PANAMA CITY, PANAMA
Javier Carrillo Silvestri, Panama’s head of migration services, is
accustomed to order and hierarchy. So he is matter-of-fact when he says
that his nation has nothing against Cuban migrants, but that those who
enter the country without the legal documents will be returned to the
“The Cuban who wants to come is welcome, but we ask that you do it in an
orderly manner, legally, to avoid dealing with traffickers and the
trafficking of people,” he says.
Panama grants 500 visas per month at its consulate in Havana. In a few
weeks, the number of visas will be doubled to 1,000. That is a much
higher number of legal entry permits issued to Cubans than other
citizens from Caribbean countries.
“These people enter and leave the country without any problem. Panama is
not closing the door to Cubans,” Carrillo said. “Panama is closing the
door to irregular migration, no matter who it is. There is no distinction.”
Carrillo, who has been in charge of migration since 2011, has been
dealing with a huge spike in the number of migrants crossing through
Central America to try reach the United States by crossing the border in
Mexico. The number of Cubans passing through escalated to the thousands.
“The crisis [of Cuban migrants] began in November 2015 when Nicaragua
closed its border. Since then, more than 40,000 undocumented Cubans have
passed through Panama,” said Carrillo, who is known as “the bad cop”
among Cuban migrants because of his strong stance on deportations.
Following two organized airlifts to Mexico in which more than 4,400
Cubans were evacuated from Panama, Carrillo said that his country
fulfilled its obligation in an effort to resolve a brewing crisis.
“We decided to make a humanitarian gesture and that was done in an
orderly fashion, but we saw that in a few days there were more Cubans,”
he said. “After the second airlift it was decided that we could not be
the traveling agent for Cuban migrants, because that is not the role of
a state. We closed the border and began negotiating a deportation
agreement with the Cuban government because at that time we did not have
For months, the Panamanian government provided food and shelter for the
thousands of Cubans who were stranded in the country following border
closures at various Central American nations. It also paid air fare for
almost 300 migrants who did not have the money to pay for the tickets on
planes that flew them took them to the U.S.-Mexico border.
“We have many needs here, we have many humble people who also need
humanitarian aid. We can’t be using our resources solely on this
migratory issue,” Carrillo said.
The deportation agreement was signed on March 1 in Havana, during the IV
Round of Migration Talks between both countries.
“The Cuban government did not ask us for anything,” said Carrillo. “That
deportation agreement was an absolute initiative of the Panamanian
government to alleviate a crisis that we were living through with the
passage of undocumented migrants.”
Since March 2017, 87 Cubans have been expelled or deported from Panama,
while 23 have returned voluntarily to the island, according to official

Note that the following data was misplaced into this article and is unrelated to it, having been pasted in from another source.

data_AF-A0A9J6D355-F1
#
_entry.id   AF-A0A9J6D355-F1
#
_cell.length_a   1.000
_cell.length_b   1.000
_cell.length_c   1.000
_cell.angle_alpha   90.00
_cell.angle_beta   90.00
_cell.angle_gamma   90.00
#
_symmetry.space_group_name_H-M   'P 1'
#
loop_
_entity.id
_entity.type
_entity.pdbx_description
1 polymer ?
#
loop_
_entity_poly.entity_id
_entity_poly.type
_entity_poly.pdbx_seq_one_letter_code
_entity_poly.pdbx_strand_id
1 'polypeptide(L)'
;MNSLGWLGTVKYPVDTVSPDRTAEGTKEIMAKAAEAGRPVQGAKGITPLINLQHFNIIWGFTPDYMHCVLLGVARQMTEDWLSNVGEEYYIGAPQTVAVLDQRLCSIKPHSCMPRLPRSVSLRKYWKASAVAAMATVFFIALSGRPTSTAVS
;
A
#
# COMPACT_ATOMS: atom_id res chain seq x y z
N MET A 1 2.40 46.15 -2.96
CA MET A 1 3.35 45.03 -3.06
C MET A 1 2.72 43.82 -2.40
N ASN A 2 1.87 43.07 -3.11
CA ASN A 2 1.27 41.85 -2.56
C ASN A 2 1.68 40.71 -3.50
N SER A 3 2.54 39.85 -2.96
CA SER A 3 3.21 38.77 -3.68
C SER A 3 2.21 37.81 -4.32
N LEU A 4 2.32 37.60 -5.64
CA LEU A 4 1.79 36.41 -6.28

Panamanian statistics. Cubans are the second highest number of
deportees, surpassed only by Colombian nationals.
Following the deportation agreement with Havana, any Cuban national
discovered in Panama without documents who is recognized by the Cuban
government as its citizen is subject to deportation. Cubans who spend
more than 24 months abroad, are officially deemed as “emigrants” and
lose their rights in Cuba.
“The Cuban authorities explained that they did not retaliate against the
deportees. In fact, when we have sent Cubans, they always go with two
custodians and they are asked if there was any kind of problem, and they
always say that nothing happened,” Carrillo said.
The Panama Embassy in Havana also has not received any allegations of
mistreatment or human rights violations of the deportees: “Many have
returned voluntarily and nothing has happened,” he said.
Following the Jan. 12 termination of the so-called “wet foot, dry foot”
policy, which allowed most Cubans who made it onto U.S. soil to stay,
more than 300 Cubans en route to the U.S.-Mexico border became stranded
in Panama. Some 128 were transferred to a shelter in the province of
Chiriquí and dozens more are living and working as undocumented migrants
in the country.
“Cuban migrants did not come to stay in Panama, but rather to apply
pressure on the government to take them to their final destination,”
Carrillo said. “Panama can’t be doing that on a permanent basis, much
less now that wet foot, dry foot no longer exists.”
Panama’s Deputy Minister of Security, Jonathan del Rosario, recently
made a final offer to the Cuban migrants in Gualaca: $1,650, a one-way
ticket to Havana and a multiple-entry visa to return to Panama as
visitors. The money is intended to help them launch a private enterprise
and become cuentapropistas or self-employed. Almost a dozen have since
left the shelter to continue their journey to the United States. The
others have until July 31 to decide whether to return to Cuba or remain
as undocumented migrants.
For Carrillo, the only viable option is for them to return to their
“Like I said, Panama is fulfilling it’s obligation. We have no issues
with Cubans coming here,” he said. “But they need to do it correctly. We
can’t foment disorder.”
FOLLOW MARIO J. PENTÓN ON TWITTER: @MARIOJOSE_CUBA
THIS ARTICLE IS PART OF THE “NEW ERA IN CUBAN MIGRATION” SERIES, A
COLLABORATIVE PROJECT BETWEEN THE MIAMI HERALD, 14YMEDIO AND RADIO
AMBULANTE MADE POSSIBLE BY A GRANT FROM THE PULITZER CENTER ON CRISIS
Source: Cubans are welcome if they enter legally, Panama’s migration
chief says | Miami Herald –